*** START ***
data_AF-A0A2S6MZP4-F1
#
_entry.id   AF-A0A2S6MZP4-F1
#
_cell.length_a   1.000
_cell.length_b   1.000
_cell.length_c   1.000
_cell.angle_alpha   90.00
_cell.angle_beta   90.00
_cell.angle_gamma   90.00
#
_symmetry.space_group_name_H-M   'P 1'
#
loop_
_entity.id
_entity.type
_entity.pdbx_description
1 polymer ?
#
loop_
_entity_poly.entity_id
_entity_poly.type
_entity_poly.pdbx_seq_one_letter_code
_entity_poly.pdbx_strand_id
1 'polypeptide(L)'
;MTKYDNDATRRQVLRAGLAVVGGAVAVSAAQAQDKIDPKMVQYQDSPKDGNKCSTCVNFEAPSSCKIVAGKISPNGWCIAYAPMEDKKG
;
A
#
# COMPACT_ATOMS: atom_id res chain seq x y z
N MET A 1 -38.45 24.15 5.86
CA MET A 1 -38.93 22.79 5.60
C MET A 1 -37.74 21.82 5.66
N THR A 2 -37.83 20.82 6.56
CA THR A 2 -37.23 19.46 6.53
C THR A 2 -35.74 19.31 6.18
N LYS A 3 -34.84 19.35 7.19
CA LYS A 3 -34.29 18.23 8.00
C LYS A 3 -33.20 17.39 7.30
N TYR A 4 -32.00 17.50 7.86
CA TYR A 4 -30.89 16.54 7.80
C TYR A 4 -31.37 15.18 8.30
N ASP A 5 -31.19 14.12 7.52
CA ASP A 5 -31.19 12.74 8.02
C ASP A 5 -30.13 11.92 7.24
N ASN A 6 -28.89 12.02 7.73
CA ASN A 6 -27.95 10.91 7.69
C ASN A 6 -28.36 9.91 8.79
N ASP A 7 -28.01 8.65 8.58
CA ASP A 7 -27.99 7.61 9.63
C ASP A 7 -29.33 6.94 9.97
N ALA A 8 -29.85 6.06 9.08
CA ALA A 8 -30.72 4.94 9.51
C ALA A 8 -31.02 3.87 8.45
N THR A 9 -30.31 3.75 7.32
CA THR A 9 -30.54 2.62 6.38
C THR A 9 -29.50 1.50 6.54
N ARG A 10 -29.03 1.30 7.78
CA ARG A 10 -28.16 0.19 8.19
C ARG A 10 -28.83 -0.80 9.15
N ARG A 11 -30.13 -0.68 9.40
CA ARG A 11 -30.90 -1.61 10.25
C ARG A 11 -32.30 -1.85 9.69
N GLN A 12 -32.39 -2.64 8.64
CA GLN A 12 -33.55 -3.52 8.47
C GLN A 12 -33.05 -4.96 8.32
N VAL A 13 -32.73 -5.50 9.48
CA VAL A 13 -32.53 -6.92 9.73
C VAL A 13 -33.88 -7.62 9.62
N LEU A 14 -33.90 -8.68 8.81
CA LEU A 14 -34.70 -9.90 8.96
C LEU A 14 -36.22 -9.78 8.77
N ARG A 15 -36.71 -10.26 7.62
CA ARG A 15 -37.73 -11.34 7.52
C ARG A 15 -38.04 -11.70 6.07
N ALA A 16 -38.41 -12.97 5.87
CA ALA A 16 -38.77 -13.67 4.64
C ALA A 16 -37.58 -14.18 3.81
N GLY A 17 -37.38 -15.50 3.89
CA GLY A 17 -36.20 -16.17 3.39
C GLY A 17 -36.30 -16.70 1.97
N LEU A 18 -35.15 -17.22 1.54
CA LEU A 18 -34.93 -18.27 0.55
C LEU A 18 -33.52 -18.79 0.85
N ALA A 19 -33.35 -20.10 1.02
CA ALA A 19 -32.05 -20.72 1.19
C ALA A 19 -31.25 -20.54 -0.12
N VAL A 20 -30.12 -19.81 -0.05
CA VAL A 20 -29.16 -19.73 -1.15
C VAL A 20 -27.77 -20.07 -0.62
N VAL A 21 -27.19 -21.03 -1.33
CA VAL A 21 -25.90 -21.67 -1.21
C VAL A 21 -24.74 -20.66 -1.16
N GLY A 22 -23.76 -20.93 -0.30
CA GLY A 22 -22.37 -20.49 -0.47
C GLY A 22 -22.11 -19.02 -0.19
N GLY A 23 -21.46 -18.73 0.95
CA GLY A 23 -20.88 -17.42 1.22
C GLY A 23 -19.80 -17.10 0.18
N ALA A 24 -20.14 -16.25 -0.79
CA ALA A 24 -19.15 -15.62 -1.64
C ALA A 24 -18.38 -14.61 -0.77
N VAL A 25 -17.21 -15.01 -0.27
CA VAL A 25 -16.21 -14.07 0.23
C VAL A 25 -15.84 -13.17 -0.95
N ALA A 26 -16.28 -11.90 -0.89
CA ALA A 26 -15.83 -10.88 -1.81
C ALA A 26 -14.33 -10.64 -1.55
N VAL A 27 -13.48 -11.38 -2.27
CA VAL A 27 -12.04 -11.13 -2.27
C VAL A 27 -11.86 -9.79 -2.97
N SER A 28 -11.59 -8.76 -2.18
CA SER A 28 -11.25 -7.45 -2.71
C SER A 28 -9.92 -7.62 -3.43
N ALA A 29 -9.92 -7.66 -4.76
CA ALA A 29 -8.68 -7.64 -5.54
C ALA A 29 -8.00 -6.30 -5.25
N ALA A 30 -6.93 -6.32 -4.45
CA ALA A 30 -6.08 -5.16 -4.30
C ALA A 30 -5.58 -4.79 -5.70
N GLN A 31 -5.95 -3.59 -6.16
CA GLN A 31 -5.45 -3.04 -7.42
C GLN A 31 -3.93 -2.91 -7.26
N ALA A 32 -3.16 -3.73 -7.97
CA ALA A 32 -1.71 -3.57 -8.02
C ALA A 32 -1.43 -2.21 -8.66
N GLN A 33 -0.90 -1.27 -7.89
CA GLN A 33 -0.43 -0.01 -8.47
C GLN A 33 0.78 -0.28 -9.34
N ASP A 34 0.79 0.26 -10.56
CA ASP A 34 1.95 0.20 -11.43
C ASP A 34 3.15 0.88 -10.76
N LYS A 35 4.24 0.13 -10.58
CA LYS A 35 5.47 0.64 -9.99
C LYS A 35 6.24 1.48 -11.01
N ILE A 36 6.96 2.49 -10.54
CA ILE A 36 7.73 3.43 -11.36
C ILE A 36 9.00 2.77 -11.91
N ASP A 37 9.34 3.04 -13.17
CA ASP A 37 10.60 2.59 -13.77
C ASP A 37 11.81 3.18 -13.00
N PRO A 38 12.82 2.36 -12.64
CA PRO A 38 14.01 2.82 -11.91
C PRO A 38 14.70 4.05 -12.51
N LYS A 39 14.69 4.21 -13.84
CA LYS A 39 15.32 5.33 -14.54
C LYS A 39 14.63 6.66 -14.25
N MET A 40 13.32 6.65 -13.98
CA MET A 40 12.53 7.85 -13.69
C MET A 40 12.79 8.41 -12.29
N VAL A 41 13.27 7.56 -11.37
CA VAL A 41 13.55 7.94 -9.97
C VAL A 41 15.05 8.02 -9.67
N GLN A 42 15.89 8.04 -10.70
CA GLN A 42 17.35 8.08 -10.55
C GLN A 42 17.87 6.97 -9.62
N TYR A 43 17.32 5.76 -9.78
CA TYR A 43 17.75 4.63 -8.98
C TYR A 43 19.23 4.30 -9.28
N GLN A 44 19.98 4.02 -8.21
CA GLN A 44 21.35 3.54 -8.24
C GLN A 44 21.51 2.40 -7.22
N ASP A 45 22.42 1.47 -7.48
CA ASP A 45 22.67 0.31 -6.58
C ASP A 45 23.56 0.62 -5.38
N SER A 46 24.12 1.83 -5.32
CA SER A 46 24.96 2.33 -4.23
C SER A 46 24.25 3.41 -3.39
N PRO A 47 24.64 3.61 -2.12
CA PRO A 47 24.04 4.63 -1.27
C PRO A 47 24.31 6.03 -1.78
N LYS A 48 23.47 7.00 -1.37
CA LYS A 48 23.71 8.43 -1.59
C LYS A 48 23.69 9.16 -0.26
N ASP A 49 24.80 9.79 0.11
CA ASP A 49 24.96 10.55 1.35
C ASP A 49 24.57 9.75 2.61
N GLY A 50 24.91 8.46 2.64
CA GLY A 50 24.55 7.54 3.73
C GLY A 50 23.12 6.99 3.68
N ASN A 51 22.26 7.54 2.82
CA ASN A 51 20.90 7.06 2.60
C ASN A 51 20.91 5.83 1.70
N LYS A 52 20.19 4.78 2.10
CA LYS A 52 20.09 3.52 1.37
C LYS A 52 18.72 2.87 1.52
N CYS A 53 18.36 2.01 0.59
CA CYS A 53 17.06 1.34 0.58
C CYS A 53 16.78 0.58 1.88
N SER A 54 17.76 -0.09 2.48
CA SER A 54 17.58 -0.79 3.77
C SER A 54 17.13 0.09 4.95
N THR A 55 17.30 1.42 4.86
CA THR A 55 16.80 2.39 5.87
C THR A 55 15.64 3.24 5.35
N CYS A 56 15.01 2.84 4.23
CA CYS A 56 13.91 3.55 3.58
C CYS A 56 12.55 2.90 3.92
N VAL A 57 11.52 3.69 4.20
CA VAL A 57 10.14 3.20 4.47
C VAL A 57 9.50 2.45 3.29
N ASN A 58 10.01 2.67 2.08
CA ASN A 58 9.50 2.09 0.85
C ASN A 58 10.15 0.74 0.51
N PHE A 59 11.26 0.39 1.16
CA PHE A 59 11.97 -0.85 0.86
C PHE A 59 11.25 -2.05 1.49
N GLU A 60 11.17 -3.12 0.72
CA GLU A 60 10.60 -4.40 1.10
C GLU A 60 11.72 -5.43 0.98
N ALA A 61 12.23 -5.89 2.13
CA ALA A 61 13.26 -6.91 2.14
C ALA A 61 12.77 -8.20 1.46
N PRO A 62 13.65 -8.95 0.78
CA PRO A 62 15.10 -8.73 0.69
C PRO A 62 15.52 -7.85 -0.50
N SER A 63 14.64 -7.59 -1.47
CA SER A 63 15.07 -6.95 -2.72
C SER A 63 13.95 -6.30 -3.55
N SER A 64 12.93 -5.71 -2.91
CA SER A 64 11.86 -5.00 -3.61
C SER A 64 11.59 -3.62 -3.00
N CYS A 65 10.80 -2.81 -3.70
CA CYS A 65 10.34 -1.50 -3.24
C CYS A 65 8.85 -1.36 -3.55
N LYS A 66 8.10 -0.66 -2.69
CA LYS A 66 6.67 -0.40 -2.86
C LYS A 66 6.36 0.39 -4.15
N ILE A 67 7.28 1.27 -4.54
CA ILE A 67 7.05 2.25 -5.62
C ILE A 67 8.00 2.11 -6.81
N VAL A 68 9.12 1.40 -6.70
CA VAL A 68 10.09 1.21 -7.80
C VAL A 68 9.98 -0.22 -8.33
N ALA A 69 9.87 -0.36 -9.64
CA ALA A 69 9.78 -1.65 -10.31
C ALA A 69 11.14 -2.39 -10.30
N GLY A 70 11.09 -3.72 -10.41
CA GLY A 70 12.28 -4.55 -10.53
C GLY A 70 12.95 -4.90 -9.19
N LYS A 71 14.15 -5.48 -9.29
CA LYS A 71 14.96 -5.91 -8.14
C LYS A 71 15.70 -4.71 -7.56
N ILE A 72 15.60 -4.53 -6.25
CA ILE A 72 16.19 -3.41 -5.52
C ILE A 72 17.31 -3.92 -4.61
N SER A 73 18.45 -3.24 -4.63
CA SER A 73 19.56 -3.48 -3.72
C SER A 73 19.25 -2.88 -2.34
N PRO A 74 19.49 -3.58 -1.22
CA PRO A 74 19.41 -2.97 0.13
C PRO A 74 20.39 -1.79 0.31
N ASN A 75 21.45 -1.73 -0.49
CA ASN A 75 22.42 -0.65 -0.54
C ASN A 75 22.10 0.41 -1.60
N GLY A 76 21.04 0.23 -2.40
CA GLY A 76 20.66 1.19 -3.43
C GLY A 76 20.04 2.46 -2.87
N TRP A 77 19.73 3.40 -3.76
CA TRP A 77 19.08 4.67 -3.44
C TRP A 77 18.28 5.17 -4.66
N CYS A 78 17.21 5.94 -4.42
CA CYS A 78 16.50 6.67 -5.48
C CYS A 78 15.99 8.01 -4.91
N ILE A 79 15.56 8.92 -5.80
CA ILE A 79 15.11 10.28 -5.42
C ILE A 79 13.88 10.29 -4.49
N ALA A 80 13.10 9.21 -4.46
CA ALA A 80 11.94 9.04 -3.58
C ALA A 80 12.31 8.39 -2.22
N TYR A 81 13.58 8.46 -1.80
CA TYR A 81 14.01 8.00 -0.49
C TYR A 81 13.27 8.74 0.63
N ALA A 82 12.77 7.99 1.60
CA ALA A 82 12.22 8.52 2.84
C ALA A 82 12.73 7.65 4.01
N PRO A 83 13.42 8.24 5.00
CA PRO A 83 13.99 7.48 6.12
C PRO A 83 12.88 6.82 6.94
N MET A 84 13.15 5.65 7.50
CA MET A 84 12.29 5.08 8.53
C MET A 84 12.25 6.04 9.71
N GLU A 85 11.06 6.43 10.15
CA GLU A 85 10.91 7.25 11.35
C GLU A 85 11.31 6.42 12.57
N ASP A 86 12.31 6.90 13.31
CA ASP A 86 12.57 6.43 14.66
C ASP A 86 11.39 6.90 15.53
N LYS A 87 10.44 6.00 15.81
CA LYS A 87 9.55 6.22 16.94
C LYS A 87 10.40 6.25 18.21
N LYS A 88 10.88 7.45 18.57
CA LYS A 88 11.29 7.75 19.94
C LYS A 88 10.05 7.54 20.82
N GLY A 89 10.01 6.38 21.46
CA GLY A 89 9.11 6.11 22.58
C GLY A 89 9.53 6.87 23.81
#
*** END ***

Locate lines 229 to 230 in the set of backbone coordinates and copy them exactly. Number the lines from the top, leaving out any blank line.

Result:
N ILE A 67 7.28 1.27 -4.54
CA ILE A 67 7.05 2.25 -5.62